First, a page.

On May 19, the U.S. Department of Health and Human Services (HHS) issued its final regulation expanding federal oversight of health insurance rate increases. Starting September 1, 2011, all proposed rate increases of 10% or more by individual and small group health insurance plans must be independently reviewed. Insurers must also publicly disclose and justify the proposed increase. States will have the primary responsibility for reviewing rate increases, but HHS will conduct the review for states that do not have the resources or authority to do so. After September 2012, the 10% threshold will be replaced by state-specific thresholds that reflect each state’s insurance and health care cost trends.
The rule requires HHS to post rate review decisions, along with justification provided by insurance companies for those increases deemed unreasonable, on its website. Each insurance plan must also post its justification for a rate increase on its website. It also requires states to provide an opportunity for public input in the evaluation of proposed rate increases. HHS is also requesting public comment on applying the rule to individual and small group coverage sold through associations, which is sometimes exempt from state oversight.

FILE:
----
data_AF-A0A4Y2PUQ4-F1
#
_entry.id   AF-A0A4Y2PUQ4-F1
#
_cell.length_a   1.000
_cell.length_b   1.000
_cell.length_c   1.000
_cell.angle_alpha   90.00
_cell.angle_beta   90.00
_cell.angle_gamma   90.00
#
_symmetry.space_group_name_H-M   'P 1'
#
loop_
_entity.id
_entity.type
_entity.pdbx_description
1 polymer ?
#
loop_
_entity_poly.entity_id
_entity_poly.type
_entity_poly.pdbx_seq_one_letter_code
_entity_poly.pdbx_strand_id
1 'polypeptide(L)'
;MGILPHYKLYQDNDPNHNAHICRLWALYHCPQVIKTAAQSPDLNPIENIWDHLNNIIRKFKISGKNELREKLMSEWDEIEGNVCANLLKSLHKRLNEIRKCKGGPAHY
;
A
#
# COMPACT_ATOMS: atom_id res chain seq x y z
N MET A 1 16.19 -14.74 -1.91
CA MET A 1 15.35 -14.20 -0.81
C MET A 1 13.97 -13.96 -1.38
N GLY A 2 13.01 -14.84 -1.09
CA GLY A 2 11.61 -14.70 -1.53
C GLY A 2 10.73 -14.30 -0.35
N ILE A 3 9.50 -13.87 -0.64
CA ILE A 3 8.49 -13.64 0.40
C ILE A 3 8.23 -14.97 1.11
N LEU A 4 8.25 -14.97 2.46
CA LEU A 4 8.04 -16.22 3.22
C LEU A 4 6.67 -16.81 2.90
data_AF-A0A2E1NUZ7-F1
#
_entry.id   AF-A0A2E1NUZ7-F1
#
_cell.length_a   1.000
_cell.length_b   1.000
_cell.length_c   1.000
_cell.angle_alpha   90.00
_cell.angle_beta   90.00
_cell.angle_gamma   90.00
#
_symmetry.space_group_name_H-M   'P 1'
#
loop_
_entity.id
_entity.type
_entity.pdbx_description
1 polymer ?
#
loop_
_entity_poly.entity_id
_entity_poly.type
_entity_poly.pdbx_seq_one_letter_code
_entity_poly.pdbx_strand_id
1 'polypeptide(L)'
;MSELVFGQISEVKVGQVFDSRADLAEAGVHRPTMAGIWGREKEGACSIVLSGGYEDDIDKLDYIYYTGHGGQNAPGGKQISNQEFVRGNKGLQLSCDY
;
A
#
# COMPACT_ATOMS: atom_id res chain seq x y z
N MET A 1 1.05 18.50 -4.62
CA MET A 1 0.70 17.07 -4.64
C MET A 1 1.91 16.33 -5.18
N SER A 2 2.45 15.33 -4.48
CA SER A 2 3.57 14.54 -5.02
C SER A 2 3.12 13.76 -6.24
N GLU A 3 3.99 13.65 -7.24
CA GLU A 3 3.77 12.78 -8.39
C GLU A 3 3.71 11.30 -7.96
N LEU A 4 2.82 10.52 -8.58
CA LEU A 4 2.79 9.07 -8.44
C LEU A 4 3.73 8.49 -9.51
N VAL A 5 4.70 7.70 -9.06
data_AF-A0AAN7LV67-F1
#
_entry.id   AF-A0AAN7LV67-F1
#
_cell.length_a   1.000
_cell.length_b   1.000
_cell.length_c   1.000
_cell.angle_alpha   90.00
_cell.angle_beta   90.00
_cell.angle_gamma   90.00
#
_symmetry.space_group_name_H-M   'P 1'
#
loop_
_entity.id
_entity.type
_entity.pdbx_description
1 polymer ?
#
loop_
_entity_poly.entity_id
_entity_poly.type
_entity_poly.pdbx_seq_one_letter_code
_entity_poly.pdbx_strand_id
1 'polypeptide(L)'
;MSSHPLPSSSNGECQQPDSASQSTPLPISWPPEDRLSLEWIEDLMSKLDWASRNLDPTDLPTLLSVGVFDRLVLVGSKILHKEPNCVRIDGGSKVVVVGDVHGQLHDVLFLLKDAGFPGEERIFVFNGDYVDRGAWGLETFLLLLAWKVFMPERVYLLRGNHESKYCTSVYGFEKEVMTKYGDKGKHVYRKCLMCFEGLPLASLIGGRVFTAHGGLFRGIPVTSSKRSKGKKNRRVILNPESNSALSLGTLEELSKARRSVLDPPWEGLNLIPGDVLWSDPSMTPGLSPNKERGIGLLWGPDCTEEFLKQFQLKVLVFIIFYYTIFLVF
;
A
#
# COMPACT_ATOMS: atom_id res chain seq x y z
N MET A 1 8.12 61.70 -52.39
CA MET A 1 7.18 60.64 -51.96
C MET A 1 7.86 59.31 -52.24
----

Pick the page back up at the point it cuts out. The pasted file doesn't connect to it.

Currently, 43 states, including Connecticut, have a rate review process. Some of these processes allow the state to block increases their regulators deem unjustified.
Just in time for summer, events are scheduled for the Connecticut Child Identification program, supported by the Connecticut Freemasons Foundation. The program has provided identification packets to parents of more than 40,000 children to assist law enforcement agencies in recovering missing children. An identification tool packet, provided at no cost to families, includes a DVD Ram disk with a brief digitally recorded interview of the child and a still photo, the child’s fingerprints of both hands, a dental bite impression, and cheek swab DNA/scent sample.
The CTCHIP program’s website (provided below) includes a link to the calendar of events scheduled to provide the small “Purple Packs,” as well as a link to the National Center for Missing and Exploited Children’s current list of missing Connecticut children.
Yes, according to University of Utah city and regional planning professor Arthur C. Nelson, and he backs up his claim by pointing to “demographic and economic forces that will apply unrelenting downward pressure on the [housing] market for the next decade.”
Why? What happened? Before the market crashed, we overbuilt big single-family homes on big lots and under built apartments and attached homes, Nelson stated. Now, most of the demand for new housing will come from seniors and households without kids, from people who prefer to live in multifamily units near stores, doctors’ offices, bus and train lines, and other amenities. But there’s more: “When those 65 and older move, 80% vacate single-family houses, but 41% move into single-family units.”